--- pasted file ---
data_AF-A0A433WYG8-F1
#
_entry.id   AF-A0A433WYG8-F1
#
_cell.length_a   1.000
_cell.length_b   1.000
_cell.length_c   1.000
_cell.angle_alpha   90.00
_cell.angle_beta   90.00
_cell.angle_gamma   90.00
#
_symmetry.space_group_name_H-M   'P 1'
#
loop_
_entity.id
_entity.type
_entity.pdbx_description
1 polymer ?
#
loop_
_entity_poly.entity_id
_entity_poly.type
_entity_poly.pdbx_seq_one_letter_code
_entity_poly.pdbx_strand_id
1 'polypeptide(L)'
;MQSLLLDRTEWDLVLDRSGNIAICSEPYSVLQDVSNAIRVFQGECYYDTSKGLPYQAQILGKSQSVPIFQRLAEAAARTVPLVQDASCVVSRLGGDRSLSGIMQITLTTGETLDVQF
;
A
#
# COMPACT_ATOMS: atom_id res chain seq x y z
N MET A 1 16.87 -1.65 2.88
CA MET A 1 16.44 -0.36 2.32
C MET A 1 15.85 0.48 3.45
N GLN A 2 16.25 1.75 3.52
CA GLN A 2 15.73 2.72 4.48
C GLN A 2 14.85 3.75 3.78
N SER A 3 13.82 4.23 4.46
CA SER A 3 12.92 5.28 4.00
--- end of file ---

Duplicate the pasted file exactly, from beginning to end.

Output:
data_AF-A0A433WYG8-F1
#
_entry.id   AF-A0A433WYG8-F1
#
_cell.length_a   1.000
_cell.length_b   1.000
_cell.length_c   1.000
_cell.angle_alpha   90.00
_cell.angle_beta   90.00
_cell.angle_gamma   90.00
#
_symmetry.space_group_name_H-M   'P 1'
#
loop_
_entity.id
_entity.type
_entity.pdbx_description
1 polymer ?
#
loop_
_entity_poly.entity_id
_entity_poly.type
_entity_poly.pdbx_seq_one_letter_code
_entity_poly.pdbx_strand_id
1 'polypeptide(L)'
;MQSLLLDRTEWDLVLDRSGNIAICSEPYSVLQDVSNAIRVFQGECYYDTSKGLPYQAQILGKSQSVPIFQRLAEAAARTVPLVQDASCVVSRLGGDRSLSGIMQITLTTGETLDVQF
;
A
#
# COMPACT_ATOMS: atom_id res chain seq x y z
N MET A 1 16.87 -1.65 2.88
CA MET A 1 16.44 -0.36 2.32
C MET A 1 15.85 0.48 3.45
N GLN A 2 16.25 1.75 3.52
CA GLN A 2 15.73 2.72 4.48
C GLN A 2 14.85 3.75 3.78
N SER A 3 13.82 4.23 4.46
CA SER A 3 12.92 5.28 4.00